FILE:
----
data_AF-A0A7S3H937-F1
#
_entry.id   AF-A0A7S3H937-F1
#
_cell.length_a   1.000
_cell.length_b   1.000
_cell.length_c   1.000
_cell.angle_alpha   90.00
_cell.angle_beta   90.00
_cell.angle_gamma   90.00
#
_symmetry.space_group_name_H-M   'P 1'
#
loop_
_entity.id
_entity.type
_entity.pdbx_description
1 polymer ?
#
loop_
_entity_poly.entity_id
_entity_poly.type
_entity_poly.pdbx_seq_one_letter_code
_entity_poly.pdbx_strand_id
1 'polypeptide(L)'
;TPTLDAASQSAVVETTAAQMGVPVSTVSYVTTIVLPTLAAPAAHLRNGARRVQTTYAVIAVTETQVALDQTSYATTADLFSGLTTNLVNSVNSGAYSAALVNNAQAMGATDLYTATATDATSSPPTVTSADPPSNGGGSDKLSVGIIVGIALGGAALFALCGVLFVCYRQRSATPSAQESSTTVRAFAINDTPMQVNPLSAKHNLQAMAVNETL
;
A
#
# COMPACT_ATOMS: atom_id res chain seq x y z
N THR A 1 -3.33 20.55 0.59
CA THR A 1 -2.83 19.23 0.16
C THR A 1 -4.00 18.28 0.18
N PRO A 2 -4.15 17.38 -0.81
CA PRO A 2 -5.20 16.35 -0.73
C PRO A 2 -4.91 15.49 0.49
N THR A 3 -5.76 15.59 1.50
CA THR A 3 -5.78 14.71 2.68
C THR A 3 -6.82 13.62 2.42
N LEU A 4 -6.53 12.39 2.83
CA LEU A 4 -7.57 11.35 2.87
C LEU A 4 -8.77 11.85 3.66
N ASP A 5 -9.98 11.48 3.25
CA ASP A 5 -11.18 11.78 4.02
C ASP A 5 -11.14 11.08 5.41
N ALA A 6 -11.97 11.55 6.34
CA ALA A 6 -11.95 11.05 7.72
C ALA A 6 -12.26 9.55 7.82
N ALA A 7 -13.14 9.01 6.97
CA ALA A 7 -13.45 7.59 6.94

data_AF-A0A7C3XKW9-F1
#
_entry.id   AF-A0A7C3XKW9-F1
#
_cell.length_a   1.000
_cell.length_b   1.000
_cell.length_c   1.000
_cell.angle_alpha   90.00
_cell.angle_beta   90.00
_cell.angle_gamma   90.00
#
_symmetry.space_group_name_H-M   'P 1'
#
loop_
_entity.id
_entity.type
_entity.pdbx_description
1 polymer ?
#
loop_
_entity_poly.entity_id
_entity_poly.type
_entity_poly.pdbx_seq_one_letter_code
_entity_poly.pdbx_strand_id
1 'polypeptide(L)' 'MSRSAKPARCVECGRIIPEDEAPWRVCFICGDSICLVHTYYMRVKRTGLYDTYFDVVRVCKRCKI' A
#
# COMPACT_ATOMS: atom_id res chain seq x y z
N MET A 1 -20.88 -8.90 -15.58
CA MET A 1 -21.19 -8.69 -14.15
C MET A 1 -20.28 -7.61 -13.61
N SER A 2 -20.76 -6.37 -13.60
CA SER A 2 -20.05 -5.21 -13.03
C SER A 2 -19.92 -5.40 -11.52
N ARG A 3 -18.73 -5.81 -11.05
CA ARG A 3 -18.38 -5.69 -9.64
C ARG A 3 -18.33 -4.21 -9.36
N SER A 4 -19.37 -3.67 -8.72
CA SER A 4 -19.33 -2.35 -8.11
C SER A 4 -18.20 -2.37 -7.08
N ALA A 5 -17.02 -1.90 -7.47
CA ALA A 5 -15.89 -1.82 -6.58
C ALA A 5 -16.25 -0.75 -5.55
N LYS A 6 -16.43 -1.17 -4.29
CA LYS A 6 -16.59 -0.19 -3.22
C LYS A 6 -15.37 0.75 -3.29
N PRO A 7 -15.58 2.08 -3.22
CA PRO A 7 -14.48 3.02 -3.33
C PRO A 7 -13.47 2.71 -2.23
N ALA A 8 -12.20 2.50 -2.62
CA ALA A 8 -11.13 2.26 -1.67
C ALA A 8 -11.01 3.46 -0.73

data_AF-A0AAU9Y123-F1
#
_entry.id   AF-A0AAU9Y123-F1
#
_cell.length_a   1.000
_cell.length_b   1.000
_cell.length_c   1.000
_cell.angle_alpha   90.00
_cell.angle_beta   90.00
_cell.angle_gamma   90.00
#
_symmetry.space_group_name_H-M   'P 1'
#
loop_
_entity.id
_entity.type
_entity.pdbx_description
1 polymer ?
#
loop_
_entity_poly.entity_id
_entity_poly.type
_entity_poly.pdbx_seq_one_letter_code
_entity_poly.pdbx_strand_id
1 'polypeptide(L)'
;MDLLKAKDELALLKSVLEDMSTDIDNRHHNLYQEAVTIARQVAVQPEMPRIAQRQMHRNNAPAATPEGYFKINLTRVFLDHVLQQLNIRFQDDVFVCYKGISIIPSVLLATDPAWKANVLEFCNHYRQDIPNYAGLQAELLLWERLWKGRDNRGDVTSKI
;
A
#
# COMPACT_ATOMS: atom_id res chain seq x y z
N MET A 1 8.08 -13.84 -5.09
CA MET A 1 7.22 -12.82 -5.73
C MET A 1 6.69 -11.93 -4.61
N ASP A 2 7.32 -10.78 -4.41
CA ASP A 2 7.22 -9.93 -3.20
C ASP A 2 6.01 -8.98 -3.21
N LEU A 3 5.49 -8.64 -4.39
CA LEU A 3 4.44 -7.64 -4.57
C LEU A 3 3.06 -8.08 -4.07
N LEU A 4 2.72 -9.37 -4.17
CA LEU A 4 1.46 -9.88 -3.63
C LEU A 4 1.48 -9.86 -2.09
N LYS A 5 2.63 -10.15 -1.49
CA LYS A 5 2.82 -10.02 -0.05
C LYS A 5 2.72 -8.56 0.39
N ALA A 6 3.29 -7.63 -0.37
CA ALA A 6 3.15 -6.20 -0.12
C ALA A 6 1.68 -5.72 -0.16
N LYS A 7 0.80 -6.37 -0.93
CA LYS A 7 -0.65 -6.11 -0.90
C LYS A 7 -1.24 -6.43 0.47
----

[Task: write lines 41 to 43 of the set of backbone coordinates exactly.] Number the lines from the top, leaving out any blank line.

CA LEU A 4 -7.57 11.35 2.87
C LEU A 4 -8.77 11.85 3.66
N ASP A 5 -9.98 11.48 3.25